Never use hand-loaded or re-loaded ammunition for self-defense! You may encounter some joker who says he can hand-load ammunition so powerful it will knock anything on two legs down for the count, but don't buy it. This junk will either misfire or ruin your gun. Use only fresh factory-loaded cartridges, period. There are NO EXCEPTIONS to this rule: use factory-loaded cartridges only.
One should carry only hollowpoint ammunition in a defensive handgun. Hollowpoint ammunition has much better stopping power than full metal jacket or round-nose lead, and stopping power is what you need when being assaulted.
The point is not to wound or kill the adversary: the point is to stop him in his tracks and make him cease attacking you. "Stopping power" (sometimes called "knock-down power") refers to a particular bullet's ability to incapacitate an attacker - the greater that ability, the less chance that your attacker will be able to continue shooting, stabbing, or beating you after you have shot him.
Handguns are not death-rays; despite what you see in the movies, the vast majority of people shot with handguns survive (over 80%). Handguns are weak compared to rifles and shotguns, and thus you want every edge you can get. Great ammunition is no more expensive than mediocre ammunition, so carry the best. Rifles and shotguns have stopping power to spare; handguns do not. Thus you must select your handgun load very carefully, and the detail of the handgun ammunition section reflects this.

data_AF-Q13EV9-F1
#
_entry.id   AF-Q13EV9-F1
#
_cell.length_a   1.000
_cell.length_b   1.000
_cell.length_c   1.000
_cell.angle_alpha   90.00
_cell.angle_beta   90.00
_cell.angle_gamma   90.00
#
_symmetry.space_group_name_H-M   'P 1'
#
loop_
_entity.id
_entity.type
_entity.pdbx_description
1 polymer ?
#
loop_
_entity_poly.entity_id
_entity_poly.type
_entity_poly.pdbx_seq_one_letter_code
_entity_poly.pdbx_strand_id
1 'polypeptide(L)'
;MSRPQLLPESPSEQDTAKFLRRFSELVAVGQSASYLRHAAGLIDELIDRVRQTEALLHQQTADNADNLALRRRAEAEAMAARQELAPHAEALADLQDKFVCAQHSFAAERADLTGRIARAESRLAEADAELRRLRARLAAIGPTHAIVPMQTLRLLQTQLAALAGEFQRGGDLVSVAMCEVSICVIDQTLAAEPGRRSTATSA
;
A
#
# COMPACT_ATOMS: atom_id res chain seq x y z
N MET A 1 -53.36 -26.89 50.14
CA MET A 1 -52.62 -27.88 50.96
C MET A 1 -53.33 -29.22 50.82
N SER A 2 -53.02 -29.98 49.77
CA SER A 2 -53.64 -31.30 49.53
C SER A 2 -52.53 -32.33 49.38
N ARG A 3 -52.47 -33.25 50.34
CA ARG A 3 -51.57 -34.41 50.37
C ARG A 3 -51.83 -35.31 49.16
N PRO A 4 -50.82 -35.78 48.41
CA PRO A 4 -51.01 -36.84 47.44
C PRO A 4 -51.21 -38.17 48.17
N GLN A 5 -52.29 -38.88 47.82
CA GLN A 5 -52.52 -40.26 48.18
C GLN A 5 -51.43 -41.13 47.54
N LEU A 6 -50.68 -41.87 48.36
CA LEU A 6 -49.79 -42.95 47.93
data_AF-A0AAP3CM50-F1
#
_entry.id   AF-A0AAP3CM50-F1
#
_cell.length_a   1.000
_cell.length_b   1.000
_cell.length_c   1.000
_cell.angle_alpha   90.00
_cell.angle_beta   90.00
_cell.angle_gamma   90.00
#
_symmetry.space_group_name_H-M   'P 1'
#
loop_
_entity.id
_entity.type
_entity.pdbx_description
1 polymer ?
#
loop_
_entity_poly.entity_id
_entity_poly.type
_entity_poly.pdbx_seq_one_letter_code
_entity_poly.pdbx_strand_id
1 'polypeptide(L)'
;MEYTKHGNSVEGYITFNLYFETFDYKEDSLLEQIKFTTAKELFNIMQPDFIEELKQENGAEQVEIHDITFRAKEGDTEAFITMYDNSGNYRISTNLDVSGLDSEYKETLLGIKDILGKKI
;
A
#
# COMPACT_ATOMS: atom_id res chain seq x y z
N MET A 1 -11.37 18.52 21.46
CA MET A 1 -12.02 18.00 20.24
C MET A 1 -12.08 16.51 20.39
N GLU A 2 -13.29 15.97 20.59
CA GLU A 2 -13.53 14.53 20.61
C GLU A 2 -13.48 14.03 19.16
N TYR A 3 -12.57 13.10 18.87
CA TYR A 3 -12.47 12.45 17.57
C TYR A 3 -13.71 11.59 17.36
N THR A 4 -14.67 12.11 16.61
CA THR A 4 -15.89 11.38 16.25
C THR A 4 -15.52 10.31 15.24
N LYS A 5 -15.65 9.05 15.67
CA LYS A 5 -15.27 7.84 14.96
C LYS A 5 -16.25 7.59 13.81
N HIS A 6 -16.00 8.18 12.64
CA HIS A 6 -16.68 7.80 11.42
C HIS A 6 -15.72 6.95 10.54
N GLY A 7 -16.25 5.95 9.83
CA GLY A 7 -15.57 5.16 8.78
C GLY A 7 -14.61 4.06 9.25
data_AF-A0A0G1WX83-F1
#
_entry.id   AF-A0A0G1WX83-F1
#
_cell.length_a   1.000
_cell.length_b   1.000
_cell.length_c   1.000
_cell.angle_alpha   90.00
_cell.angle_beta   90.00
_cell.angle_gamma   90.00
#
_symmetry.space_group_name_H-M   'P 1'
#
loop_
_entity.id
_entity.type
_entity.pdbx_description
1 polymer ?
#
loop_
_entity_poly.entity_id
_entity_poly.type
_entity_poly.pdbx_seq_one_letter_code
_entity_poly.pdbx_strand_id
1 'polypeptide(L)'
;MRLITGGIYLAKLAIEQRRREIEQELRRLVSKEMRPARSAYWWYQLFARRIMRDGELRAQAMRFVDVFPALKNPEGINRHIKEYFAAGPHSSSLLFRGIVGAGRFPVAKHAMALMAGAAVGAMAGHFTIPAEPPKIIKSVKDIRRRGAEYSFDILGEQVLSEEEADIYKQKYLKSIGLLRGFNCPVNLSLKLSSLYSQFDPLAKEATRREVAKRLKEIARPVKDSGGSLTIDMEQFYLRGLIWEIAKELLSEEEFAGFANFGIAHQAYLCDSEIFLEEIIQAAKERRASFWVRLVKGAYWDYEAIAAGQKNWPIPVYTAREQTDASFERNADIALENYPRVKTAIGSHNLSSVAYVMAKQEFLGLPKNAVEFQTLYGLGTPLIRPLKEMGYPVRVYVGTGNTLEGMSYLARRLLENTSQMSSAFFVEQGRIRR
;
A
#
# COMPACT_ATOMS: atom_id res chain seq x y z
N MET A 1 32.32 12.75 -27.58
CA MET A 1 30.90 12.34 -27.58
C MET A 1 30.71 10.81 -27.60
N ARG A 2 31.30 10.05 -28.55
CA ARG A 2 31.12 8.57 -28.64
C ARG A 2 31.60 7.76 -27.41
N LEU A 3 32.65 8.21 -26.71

Hollowpoint ammunition is NOT more lethal than ball (full metal jacket) ammunition. You may have seen media hype about "killer dum-dum bullets" but this is nonsense. Hollowpoint bullets usually expand and stop in the human body, and thus the attacker absorbs much more of the bullet's kinetic energy than if the bullet had merely zipped through him and left two small holes. Hollowpoint ammunition is also safer for all parties concerned.
* You are safer because your attacker is more likely to be
incapacitated after one or two shots and thus unable to fire back, stab you,
or whatever. The decreased likelihood of your attacker dying from
hollowpoint bullets saves you the moral and legal complications and expense
you will experience from killing a man.
There are some exceptions to the "carry only hollowpoints in a handgun" rule. Some older or cheaper automatic pistols, will jam with hollowpoint rounds. With these guns one must use ball rounds (or "full metal jacket" rounds - the terms are synonymous), and I specify "reliable with ball only" models by caliber. It is crucial for you to test your pistol to make certain it is reliable with specific loads - don't rely on my advice. My life will never depend on the reliability of your handgun. Your life may.
Generally speaking, hollowpoint bullets are the best choice for rifles. Some soft-point designs are recommended, and these will be specified.
Use buckshot. Slugs and birdshot are useful in some limited and uncommon situations.
A Note On Exotic Ammunition
There are several exotic ammunition designs on the market today, such as the Glaser Safety Slug, Mag-Safe, GECO BAT 9mm, Thunderzap, et cetera. Generally speaking, I recommend that you avoid them. Exotic ammunition is expensive, inaccurate, and often unreliable. These rounds cost so much ($2-$4 each) that you will never practice with them and thus will not be certain of their reliability and accuracy in your gun. This is a big mistake: you should not carry a particular type of ammunition until you have fired at least 150 rounds through your semi-automatic gun to ensure reliable feeding (this doesn't really apply to revolvers, but you should still fire the ammunition you intend to carry to assure yourself of its accuracy).